Starter for 10: Meet Jonna Iljin, Nordcloud’s Head of Design
When people start working with Nordcloud, they generally comment on 2 things. First, how friendly and knowledgeable everyone is. Second,...
The future of digital services is in the cloud, and those services are being imagined now.
Tomorrow’s services are designed, developed and run on the cloud. What once was science fiction is now readily available for anyone. But technology itself is of little value unless it solves a relevant problem. For designers, this is both a challenge and an opportunity.
Hyperscale public cloud platforms solve problems related to managing servers, developing software, and scaling services. They provide organisations with benefits such as lower costs and faster time to market.
But the benefits of modern cloud technology are not only about making existing stuff cheaper and faster. They’re about making better stuff.
Going into the cloud is not just about refactoring — it’s about reimagining.
I’m talking about new service concepts, intuitive human interaction, and simpler ways for you to serve your customers.
But technology alone won’t do any of those things. Not without some help.
And that’s where design comes in.
Design is about conceptualising and creating new things; designers imagine and designers make. Design differs from art in that it solves problems by delivering what people need.
Consider an industrial designer set to design a chair. The designer would have to understand who will use the chair, for what purpose, and where.
For example, watching TV with the family requires a different kind of ‘sitting solution’ than, say, manning an information desk at a shopping mall.
To design a chair that can be physically built, the industrial designer must also understand the properties of materials, such as wood, metal, plastic, and fabrics.
The same principles apply to digital design in the cloud.
For a new breed of cloud-powered designer, the beginning of the design process is the same. They too must understand who is going to use the digital service, for what purpose, and in what context.
But when it comes to the materials, the two designers deviate. Where the industrial designer uses tangible substances, the cloud-powered designer’s materials are in the cloud.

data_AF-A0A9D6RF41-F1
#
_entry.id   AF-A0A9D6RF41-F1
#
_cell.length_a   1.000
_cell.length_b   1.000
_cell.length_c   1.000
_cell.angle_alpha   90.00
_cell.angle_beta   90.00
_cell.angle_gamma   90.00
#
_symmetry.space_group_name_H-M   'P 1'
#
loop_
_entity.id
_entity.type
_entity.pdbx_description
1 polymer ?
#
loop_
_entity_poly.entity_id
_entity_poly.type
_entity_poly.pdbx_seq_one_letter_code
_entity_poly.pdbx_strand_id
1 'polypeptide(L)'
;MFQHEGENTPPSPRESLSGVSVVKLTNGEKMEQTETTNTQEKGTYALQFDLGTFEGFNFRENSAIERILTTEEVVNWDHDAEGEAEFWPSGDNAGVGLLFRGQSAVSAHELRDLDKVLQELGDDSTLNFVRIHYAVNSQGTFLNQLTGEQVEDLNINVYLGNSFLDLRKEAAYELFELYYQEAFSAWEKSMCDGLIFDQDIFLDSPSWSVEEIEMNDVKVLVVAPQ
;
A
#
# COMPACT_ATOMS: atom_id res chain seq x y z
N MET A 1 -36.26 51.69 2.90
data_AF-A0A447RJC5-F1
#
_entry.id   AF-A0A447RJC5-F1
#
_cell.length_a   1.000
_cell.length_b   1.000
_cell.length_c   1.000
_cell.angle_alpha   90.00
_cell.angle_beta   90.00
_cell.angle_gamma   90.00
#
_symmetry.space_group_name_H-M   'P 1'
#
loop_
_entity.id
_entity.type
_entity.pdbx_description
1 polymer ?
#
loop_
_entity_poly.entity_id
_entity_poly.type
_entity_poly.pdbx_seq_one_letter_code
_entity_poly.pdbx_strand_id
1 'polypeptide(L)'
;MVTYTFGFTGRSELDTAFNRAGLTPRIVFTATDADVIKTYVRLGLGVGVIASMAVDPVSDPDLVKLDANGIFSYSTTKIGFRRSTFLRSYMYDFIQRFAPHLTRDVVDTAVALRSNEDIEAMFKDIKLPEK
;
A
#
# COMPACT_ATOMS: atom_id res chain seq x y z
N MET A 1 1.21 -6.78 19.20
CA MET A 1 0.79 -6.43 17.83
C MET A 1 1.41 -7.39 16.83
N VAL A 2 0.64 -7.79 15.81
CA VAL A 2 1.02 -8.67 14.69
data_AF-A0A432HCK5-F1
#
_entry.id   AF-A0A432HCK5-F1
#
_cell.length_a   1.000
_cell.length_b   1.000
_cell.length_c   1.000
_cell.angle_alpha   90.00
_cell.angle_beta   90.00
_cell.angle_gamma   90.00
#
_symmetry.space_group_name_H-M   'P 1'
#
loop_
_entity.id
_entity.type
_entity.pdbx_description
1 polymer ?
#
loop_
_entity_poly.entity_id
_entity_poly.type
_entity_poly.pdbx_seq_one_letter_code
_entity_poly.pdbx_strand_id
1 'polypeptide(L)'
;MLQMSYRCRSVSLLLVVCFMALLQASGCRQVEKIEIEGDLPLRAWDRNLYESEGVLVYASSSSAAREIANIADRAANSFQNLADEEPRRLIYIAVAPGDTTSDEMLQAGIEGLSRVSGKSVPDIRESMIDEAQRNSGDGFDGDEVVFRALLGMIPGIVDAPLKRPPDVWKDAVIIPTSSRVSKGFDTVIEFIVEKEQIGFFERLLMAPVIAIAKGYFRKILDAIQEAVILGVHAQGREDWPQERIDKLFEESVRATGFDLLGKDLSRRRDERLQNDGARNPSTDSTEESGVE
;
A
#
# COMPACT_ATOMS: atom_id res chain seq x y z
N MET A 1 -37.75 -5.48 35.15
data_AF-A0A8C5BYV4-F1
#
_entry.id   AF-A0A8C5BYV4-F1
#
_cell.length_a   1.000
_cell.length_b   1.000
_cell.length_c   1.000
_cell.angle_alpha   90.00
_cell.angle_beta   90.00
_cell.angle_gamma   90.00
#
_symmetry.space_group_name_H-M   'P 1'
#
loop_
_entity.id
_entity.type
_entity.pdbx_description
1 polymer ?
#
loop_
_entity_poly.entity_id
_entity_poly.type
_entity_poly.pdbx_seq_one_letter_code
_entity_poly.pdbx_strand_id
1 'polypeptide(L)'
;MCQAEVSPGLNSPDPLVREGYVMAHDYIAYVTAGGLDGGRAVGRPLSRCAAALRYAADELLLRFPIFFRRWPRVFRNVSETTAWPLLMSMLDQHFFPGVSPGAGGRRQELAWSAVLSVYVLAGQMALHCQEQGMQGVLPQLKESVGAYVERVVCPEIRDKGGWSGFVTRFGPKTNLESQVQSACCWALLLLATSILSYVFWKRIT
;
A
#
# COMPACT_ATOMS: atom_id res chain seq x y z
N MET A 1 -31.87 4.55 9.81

All hyper-scale cloud platforms feature pre-made components, e.g. image recognition, language processing, intelligent search, decision making, machine learning…
There’s a new one almost every week. For the cloud-powered designer, those are the building blocks of services that help users reach their goals easier and faster.
For example, Uber is using Microsoft Azure’s Cognitive Services to offer real-time ID checks. Drivers verify their identity using selfies before they are able to accept rides.
Uniqlo uses Google Cloud Platform’s Dialogflow to offer a new type of shopping experience through a messaging interface, and responses are constantly improved through machine learning.
Tinder uses Amazon Webservices SageMaker to simplify machine learning and build models for predictions that create new connections that otherwise might have never been possible.
These are but a few examples of cloud-enabled building blocks that today’s digital designers have at their disposal.
Yesterday’s science fiction is today’s pre-made component.
And with those building blocks, we can create some jaw-dropping stuff.
The future of digital services is in the cloud, and those services are being imagined now. Going into the cloud is not just about refactoring — it’s about reimagining. As Abraham Lincoln said, the best way to predict the future is to create it.
For organisations, this means learning and working together.
If you’re a technologist, you must understand that design is the only thing that will differentiate you from the rest. Design makes for better business. Design is not only what it looks like; it’s about how it works.
If you’re a digital designer, you must become comfortable with technology. Become comfortable with the cloud; learn all about the building blocks of great digital services. It will be a challenge, but to design better things, you must know how to make them.
If you’re anyone involved in creating digital services, say hello to new team members outside the obvious realms of business, design or technology. Say hello to data scientists, futurists, anthropologists, social scientists, ethicists, philosophers… or people beyond the comfortable set of disciplines.
The future will be imagined and built by diverse groups of skilled people working together as teams toward common goals. For this to work well, everyone must be curious beyond one discipline.
By nature, designers have a massive opportunity to be the glue that binds everyone together.
Let’s use the best technologies to solve relevant problems. And let’s work together to create a more humane digital future.
Let’s discuss how we can help with your cloud journey. Our experts are standing by to talk about your migration, modernisation, development and skills challenges.